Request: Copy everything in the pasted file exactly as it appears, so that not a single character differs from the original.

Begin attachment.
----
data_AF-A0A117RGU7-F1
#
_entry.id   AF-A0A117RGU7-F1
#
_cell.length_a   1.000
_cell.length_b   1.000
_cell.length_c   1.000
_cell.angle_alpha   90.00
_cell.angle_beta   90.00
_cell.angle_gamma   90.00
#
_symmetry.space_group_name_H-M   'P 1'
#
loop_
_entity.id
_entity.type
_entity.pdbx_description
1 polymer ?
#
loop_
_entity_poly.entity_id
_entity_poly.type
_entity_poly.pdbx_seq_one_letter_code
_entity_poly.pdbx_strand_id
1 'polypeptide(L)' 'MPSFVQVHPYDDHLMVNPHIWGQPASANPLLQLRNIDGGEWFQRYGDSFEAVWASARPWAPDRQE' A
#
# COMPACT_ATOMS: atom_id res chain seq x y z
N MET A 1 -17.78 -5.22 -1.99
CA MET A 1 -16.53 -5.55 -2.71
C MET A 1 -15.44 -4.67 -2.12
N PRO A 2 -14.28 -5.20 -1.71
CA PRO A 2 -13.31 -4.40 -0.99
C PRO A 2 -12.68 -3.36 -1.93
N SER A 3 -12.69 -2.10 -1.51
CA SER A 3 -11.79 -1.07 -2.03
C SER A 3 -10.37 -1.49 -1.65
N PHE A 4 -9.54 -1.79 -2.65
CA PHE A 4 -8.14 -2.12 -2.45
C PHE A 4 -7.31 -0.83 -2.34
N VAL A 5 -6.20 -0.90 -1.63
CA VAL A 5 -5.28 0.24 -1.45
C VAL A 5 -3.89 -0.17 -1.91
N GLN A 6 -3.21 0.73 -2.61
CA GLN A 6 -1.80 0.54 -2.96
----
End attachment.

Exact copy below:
data_AF-A0A117RGU7-F1
#
_entry.id   AF-A0A117RGU7-F1
#
_cell.length_a   1.000
_cell.length_b   1.000
_cell.length_c   1.000
_cell.angle_alpha   90.00
_cell.angle_beta   90.00
_cell.angle_gamma   90.00
#
_symmetry.space_group_name_H-M   'P 1'
#
loop_
_entity.id
_entity.type
_entity.pdbx_description
1 polymer ?
#
loop_
_entity_poly.entity_id
_entity_poly.type
_entity_poly.pdbx_seq_one_letter_code
_entity_poly.pdbx_strand_id
1 'polypeptide(L)' 'MPSFVQVHPYDDHLMVNPHIWGQPASANPLLQLRNIDGGEWFQRYGDSFEAVWASARPWAPDRQE' A
#
# COMPACT_ATOMS: atom_id res chain seq x y z
N MET A 1 -17.78 -5.22 -1.99
CA MET A 1 -16.53 -5.55 -2.71
C MET A 1 -15.44 -4.67 -2.12
N PRO A 2 -14.28 -5.20 -1.71
CA PRO A 2 -13.31 -4.40 -0.99
C PRO A 2 -12.68 -3.36 -1.93
N SER A 3 -12.69 -2.10 -1.51
CA SER A 3 -11.79 -1.07 -2.03
C SER A 3 -10.37 -1.49 -1.65
N PHE A 4 -9.54 -1.79 -2.65
CA PHE A 4 -8.14 -2.12 -2.45
C PHE A 4 -7.31 -0.83 -2.34
N VAL A 5 -6.20 -0.90 -1.63
CA VAL A 5 -5.28 0.24 -1.45
C VAL A 5 -3.89 -0.17 -1.91
N GLN A 6 -3.21 0.73 -2.61
CA GLN A 6 -1.80 0.54 -2.96